Impulse buying, King of Pop style:

Branca had a surprise for Jackson. The attorney said casually, ‘By the way, the ATV catalogue is available.’ Jackson looked puzzled. Branca added teasingly, ‘It includes a few things you might be interested in.’ ‘Like what?’ Jackson asked. ‘Northern Songs,’ Branca replied. Jackson recognized that name. ‘You mean the Northern Songs?’ ‘Yeah, Mike . . . the Beatles.’ Jackson did a full turn, jumped in the air and shrieked. ‘But wait,’ Branca warned. ‘Other people are also after the catalogue. It’s going to be a struggle.’ Jackson replied, ‘I don’t care. I want it . . . please.

From the LA Times, via BITTER LAWYER, which has a feature on “those JDs who kept the King of Pop out of trouble—and in some cases—out of prison.”:

“Two child-molestation investigations (no convictions), two divorces, myriad civil lawsuits over concerts, special performances and soured business deals, near-bankruptcy and the threatened foreclosure of his Neverland ranch kept teams of lawyers busy.” [CNN]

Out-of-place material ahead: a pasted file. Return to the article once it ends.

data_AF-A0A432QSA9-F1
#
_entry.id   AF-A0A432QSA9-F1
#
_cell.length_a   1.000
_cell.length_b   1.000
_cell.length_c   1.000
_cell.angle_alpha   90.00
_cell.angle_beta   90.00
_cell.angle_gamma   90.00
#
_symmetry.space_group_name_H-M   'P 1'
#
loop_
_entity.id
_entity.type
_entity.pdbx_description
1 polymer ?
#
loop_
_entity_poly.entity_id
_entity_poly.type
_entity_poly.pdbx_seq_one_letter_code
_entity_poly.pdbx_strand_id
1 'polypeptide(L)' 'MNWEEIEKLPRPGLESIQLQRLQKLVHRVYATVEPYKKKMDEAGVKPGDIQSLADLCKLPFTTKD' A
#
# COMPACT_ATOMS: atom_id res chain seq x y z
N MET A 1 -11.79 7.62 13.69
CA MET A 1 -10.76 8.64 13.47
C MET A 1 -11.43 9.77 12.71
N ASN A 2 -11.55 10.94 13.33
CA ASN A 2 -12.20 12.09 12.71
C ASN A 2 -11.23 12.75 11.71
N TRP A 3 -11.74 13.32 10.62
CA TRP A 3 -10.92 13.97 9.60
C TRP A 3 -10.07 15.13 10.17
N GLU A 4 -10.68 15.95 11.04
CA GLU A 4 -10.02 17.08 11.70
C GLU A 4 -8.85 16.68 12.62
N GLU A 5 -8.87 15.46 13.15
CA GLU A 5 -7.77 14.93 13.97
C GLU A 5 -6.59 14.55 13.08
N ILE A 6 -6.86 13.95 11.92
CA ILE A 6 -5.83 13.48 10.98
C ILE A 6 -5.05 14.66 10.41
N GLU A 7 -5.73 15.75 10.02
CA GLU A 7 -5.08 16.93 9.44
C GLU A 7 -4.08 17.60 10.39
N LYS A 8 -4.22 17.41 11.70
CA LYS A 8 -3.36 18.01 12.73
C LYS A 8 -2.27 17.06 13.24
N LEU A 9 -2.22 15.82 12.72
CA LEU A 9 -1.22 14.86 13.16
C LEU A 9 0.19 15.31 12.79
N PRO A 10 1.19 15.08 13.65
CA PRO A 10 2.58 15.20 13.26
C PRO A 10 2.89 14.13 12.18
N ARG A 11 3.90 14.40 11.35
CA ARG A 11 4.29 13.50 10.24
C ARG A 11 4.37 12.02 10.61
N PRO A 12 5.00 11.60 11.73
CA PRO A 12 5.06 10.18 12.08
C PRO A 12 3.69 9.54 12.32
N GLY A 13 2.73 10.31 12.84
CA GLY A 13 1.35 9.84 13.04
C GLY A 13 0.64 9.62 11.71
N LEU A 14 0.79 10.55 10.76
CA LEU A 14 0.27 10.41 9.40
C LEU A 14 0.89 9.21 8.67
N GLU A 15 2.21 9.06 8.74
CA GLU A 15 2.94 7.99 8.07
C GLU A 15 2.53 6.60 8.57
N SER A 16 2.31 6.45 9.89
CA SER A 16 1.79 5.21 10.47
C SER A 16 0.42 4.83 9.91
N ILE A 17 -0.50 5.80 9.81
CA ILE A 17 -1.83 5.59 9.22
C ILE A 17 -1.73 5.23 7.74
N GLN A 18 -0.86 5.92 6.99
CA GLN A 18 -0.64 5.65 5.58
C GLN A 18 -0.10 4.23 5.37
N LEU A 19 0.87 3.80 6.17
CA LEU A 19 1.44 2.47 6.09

Plus, the possibly that Michael didn’t leave behind a will is enough to ensure many embittered legal battles are left to ensue.  .  .  .

Unfortunately, nailing down who did (and did not) represent Jackson isn’t easy. Over the years, he hired and fired enough lawyers to staff a medium-sized law firm. So consider this Michael Jackson’s greatest legal hits.

Should be a fun read, if you’re into the legal-personality thing.

Quite ironic, by the way, about Michael Jackson owning the Northern Songs catalogue — if you’ve ever read the lyrics to Only a Northern Song, which include:

It doesn’t really matter what clothes I wear
Or how I fare or if my hair is brown
When it’s only a Northern song.

If you think the harmony
Is a little dark and out of key
You’re correct, Is nobody there
and I told you is no one there

By Ron Coleman

I write this blog.

2 thoughts on “He just bought it like that”
  1. The quotation from Publisher’s Weekly seems to concern the temporary restraining order, not the preliminary injunction decision. Judge Batts did rule on the fair use defense and rejected it in granting the preliminary injunction.

  2. OK, rub it in, John. Why stop at putting this comment into two posts? Why not 20? Now I know why you didn’t permit comments until like last week.

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